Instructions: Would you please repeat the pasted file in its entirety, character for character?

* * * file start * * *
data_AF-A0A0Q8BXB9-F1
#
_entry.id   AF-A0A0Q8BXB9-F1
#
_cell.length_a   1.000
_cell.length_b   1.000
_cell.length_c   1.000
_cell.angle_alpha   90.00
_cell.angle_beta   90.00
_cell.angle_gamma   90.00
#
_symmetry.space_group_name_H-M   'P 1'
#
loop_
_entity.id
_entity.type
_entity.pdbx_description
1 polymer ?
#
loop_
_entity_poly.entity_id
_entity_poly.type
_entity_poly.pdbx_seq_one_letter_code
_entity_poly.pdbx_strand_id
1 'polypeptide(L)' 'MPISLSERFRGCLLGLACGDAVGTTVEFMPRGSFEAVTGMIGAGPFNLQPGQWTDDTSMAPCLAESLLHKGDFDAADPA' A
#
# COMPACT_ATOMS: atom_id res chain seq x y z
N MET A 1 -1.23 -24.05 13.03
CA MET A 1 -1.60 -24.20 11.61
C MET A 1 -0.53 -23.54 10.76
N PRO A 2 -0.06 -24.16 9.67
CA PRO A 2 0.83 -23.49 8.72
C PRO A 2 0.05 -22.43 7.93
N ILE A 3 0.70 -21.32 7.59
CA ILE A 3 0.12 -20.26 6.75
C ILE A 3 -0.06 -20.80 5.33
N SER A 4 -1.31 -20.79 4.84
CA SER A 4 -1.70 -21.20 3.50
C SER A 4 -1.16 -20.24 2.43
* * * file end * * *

data_AF-A0A0Q8BXB9-F1
#
_entry.id   AF-A0A0Q8BXB9-F1
#
_cell.length_a   1.000
_cell.length_b   1.000
_cell.length_c   1.000
_cell.angle_alpha   90.00
_cell.angle_beta   90.00
_cell.angle_gamma   90.00
#
_symmetry.space_group_name_H-M   'P 1'
#
loop_
_entity.id
_entity.type
_entity.pdbx_description
1 polymer ?
#
loop_
_entity_poly.entity_id
_entity_poly.type
_entity_poly.pdbx_seq_one_letter_code
_entity_poly.pdbx_strand_id
1 'polypeptide(L)' 'MPISLSERFRGCLLGLACGDAVGTTVEFMPRGSFEAVTGMIGAGPFNLQPGQWTDDTSMAPCLAESLLHKGDFDAADPA' A
#
# COMPACT_ATOMS: atom_id res chain seq x y z
N MET A 1 -1.23 -24.05 13.03
CA MET A 1 -1.60 -24.20 11.61
C MET A 1 -0.53 -23.54 10.76
N PRO A 2 -0.06 -24.16 9.67
CA PRO A 2 0.83 -23.49 8.72
C PRO A 2 0.05 -22.43 7.93
N ILE A 3 0.70 -21.32 7.59
CA ILE A 3 0.12 -20.26 6.75
C ILE A 3 -0.06 -20.80 5.33
N SER A 4 -1.31 -20.79 4.84
CA SER A 4 -1.70 -21.20 3.50
C SER A 4 -1.16 -20.24 2.43